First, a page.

According to Amartya Sen, vital redistributive activities are essential conditions for development that provides benefits to poor. If we want development we must broaden choices and preferences of the masses (especially educated). Empirical studies prove that there is a circular flow and a virtuous circle of development and skills. When we expand the skills of people, their abilities and capabilities also increase, and accordingly there are extension of their choices and freedom. Hence, they become conscious of their human rights and society at large gets developed in a real sense or there is human development. It means overall development, mental as well as social development by way of growing and developing coupled with experiences and learning new things in life.
J&K government’s move with regard to expansion of choice of subjects in schools is a good step for economic growth and economic development that Sen talks about. It will surely restructure education sector. Government has initiated process for creating modalities to expand the subject choices in the schools in accordance with New Education Policy 2020 envisaging new education system of 5+3+3+4. The main concern under the new scheme is to make sure that students develop a multidisciplinary approach to education. Moreover, they will have access to series of combinations of subjects to choose in line with their knowledge, skills, and areas of interest. Instead of compartmentalization of streams into arts, commerce, and science the students will have open choice to decide about their subject of interest. This will have a dual effect: On one hand it will develop the basics about the subjects from the very beginning and on another hand, it will develop their confidence and knowledge.
A high level committee has been constituted by the J&K government to frame guidelines for introduction of new subjects and also rationalization of existing as well as new subjects in government Higher Secondary Schools (HSS) in J&K. In traditional times, there was rote learning and education was mostly teacher centric. Developing economies of the world should hold the 21st Century modern education model offering a paradigm shift in set of course design and development. It will develop student capabilities and experiences through their learning by doing and active participation in learning different experiences directed by their practical knowledge.
Critical thinking is very important helping an individual to analyze and interpret facts to draw sound inferences. It assumes agreement to demanding criteria of excellence. It empowers students in a holistic manner and develops their life and soft skills. Our schools do not develop critical thinking of their students and do not work on improving life and soft skills of their students alongside communication skills. Hence, there is very high educated unemployment in Jammu and Kashmir. It is very important to make the youth fit for the job market. The contemporary syllabus scheme culture in schools generally and government schools particularly fail to generate necessary inputs for globally fit education and foster better citizens. Moreover, this lacuna aggravates the problems of our education system. Accordingly, for enabling modern quality learning, the education department must introduce key holistic syllabus reform in all subjects. It necessarily needs to incorporate creative courses.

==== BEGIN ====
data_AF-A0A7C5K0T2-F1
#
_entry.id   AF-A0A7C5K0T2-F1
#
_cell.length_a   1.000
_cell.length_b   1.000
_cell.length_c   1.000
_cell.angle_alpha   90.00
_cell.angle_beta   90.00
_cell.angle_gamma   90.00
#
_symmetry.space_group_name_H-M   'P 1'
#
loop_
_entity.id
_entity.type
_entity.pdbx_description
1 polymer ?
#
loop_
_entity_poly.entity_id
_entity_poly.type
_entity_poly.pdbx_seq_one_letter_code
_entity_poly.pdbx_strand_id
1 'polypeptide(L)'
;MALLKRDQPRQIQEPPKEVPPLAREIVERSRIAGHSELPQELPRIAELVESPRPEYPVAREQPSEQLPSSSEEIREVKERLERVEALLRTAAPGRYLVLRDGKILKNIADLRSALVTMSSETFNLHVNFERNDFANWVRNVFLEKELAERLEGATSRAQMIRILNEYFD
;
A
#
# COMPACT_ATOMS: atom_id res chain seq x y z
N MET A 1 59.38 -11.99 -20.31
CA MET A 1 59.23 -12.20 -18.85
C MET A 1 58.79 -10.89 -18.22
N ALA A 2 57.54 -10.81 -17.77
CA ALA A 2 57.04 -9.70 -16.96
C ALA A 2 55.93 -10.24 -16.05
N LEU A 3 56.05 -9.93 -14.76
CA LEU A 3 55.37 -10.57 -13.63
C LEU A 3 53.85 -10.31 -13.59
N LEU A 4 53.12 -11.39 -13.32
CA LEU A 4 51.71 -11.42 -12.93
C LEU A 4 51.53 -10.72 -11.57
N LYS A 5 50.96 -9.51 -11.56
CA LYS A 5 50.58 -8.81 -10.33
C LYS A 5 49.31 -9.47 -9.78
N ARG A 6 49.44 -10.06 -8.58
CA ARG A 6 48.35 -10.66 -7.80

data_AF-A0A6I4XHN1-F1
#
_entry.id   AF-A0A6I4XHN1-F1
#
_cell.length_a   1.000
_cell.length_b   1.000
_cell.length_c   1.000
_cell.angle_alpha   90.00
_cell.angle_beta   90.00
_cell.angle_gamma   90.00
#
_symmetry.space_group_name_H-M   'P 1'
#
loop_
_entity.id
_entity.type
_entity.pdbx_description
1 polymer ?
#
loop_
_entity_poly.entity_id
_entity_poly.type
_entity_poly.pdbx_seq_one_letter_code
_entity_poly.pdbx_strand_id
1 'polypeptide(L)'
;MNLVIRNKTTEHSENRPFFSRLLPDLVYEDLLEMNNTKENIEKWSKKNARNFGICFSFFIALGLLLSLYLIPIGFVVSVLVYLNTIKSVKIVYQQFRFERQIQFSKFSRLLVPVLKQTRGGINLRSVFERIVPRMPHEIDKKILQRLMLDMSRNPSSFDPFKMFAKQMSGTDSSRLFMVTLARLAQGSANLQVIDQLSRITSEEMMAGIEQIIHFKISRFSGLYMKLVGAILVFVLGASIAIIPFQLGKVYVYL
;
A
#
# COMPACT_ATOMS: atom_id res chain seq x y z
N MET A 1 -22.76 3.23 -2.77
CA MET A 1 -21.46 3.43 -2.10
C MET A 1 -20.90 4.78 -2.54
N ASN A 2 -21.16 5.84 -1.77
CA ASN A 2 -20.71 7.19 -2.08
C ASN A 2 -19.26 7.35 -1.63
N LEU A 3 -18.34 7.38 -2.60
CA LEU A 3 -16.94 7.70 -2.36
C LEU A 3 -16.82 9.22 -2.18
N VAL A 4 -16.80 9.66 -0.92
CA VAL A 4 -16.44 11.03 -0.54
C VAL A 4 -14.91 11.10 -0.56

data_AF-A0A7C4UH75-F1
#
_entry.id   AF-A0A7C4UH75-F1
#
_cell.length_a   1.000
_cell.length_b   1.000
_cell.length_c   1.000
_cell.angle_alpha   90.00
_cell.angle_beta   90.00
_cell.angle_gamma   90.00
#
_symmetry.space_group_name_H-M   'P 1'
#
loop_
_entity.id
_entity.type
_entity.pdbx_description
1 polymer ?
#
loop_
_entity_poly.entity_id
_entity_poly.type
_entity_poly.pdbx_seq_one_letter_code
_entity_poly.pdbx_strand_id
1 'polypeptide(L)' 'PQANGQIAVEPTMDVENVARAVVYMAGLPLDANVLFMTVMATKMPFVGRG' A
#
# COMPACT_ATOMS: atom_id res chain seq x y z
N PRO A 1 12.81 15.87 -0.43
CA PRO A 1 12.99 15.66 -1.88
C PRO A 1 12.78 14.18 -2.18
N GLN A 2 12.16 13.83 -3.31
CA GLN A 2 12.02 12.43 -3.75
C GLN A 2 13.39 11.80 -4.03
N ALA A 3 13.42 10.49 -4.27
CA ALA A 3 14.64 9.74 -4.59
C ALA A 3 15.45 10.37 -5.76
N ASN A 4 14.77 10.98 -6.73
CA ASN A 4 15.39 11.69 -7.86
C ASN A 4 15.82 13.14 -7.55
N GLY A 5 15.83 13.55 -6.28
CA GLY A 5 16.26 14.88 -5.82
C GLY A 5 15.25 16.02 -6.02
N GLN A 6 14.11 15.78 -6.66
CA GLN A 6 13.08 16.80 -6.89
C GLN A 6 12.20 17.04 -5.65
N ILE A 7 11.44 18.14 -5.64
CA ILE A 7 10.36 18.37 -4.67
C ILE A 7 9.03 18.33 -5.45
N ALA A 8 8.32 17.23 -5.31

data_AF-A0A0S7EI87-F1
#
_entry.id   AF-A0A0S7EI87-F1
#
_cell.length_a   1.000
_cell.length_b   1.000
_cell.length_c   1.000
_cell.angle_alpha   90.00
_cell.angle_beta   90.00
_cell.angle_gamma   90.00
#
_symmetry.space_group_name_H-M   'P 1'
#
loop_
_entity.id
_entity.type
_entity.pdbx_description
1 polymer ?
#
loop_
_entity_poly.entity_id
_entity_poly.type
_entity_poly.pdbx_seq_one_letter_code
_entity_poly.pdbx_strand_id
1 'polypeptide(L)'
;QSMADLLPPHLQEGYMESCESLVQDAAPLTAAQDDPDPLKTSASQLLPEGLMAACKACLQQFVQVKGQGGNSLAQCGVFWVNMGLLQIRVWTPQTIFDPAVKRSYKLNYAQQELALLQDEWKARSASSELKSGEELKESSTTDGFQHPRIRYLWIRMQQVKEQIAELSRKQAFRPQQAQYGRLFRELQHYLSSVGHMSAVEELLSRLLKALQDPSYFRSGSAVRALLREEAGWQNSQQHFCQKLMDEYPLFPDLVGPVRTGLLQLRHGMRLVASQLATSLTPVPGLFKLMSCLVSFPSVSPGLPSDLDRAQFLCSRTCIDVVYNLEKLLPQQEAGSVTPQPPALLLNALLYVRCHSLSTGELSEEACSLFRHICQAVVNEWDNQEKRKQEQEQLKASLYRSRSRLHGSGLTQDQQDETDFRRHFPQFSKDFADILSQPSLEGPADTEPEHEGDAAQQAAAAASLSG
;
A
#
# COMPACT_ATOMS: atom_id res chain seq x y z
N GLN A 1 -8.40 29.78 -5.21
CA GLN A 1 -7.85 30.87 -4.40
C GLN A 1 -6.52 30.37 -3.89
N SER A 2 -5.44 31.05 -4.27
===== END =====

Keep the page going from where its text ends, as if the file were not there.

Educational policies in general and policies that broaden subject choices at different stages /levels of education in particular must be upgraded in order to achieve excellence in all sectors of the economy. It is very important for both students and teachers to take dynamic redistributive events that boost learning outcomes for both parties. Both should welcome technological innovations and develop their critical thinking so as to be a better player in the era of globalization. Furthermore, they must develop a multidisciplinary outlook to education. It will have a tripartite impact. Firstly, it will improve knowledge of all related subjects. Secondly, it will develop human capital. Thirdly, it will develop social capital thereby improving the stock of personal ties alongside the knowledge of institutions. Our family in the first place and teachers in the second place must try to develop our human and social capital so that they will help us to become a better version of ourselves. In addition, social capital will help us to face social challenges of life and position them to maintain social hierarchy and improve our standard of living (richness of life) and quality of life (completeness of life). Policies that provide freedom and opportunities to students always improve welfare of the student and teacher community. Therefore, such initiatives have always been welcomed and appreciated at different levels.
Binish Qadri is ICSSR Doctoral Fellow in the department of economics, Central University of Kashmir; Quarterly Franklin Member, London Journals Press.